Decide what life habits you want to break and which ones are not working for you. Decide which relatives and possibly friends you have had conflicts and troubles with. Make a commitment to resolve these issues. A very good start here is to create a journal or a diary where you actually write down in decreasing order of importance your life goals for the coming year including the list of bad habits that are not serving you well and you wish to change. Write in your journal the basis of your conflicts with the important people in your life with a plan for the resolution of these issues.
2. Correct your limiting patterns:
What is stopping you right now from not making these changes? If, for example, you wish to cease smoking but every Friday night you go down to the hotel with your friends and have a few drinks, this will certainly weaken your resolve and this pattern may need to change. Many people, as another example, are comfort eaters, often sitting in front of the television consuming unnecessary food. Rather than doing so, now that it is daylight saving with longer days, why not go for a walk instead.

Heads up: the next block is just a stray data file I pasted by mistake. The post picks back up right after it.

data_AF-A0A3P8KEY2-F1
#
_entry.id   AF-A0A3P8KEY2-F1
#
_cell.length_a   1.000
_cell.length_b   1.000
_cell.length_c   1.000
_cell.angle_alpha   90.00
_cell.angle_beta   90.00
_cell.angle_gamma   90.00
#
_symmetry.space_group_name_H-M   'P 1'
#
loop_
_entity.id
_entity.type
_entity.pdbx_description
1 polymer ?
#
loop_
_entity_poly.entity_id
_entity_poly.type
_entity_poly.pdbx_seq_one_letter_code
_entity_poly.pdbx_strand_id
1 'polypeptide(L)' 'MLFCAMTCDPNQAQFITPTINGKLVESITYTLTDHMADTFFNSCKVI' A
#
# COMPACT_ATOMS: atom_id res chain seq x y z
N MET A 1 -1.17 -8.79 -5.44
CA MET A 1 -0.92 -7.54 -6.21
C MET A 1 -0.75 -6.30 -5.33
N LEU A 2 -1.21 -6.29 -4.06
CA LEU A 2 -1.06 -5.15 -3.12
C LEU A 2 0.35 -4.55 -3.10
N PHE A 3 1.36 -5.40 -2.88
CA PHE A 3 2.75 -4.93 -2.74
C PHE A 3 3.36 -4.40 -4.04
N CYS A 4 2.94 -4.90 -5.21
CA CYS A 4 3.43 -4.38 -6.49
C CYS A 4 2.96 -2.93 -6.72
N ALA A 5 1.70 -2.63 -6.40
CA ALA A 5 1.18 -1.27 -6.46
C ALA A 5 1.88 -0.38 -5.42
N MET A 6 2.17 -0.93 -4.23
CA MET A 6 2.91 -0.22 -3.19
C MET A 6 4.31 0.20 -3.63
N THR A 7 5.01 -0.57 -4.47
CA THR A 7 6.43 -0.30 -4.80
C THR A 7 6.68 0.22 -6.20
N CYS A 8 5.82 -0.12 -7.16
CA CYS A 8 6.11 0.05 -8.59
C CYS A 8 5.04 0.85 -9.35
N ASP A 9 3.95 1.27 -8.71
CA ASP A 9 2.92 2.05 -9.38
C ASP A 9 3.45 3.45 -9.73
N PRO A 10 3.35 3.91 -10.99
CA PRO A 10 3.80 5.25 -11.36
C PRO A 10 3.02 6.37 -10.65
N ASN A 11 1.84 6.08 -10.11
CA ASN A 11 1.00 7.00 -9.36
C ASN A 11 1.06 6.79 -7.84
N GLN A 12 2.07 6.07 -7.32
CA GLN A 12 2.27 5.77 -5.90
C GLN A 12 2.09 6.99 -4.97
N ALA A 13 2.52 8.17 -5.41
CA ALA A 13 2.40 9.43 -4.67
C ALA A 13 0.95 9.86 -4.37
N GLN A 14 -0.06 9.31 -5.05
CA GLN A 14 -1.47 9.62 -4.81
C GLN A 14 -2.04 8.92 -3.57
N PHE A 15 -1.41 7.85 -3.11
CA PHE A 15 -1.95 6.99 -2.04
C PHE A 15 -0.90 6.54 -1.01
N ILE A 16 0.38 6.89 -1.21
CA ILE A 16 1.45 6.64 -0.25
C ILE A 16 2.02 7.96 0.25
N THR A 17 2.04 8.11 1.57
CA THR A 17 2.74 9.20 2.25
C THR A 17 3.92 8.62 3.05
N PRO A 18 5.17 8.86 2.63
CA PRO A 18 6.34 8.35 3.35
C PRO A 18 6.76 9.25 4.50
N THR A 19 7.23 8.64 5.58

3. Create a new pattern:
Nature abhors a vacuum. When you change a bad habit that has occupied a significant amount of your time, whether it be excessive eating, drinking or smoking, it should be replaced with a better, more, healthier habit. One of the greatest examples I have witnessed in my medical practice was a patient of mine who was a serious alcoholic. He consumed around 20 schooners of beer per day leading to a severe dilated cardiomyopathy. This gentleman made the decision to stop alcohol on my very strong advice and replaced this with an interest in Egyptology. All of the money he used to spend on alcohol was placed in a bank account. He had eventually saved up enough money to take him and his wife to Egypt where he had the trip of a lifetime. His severe heart disease returned to normal and he is still a faithful patient of mine 25 years later.
4. Train the habit: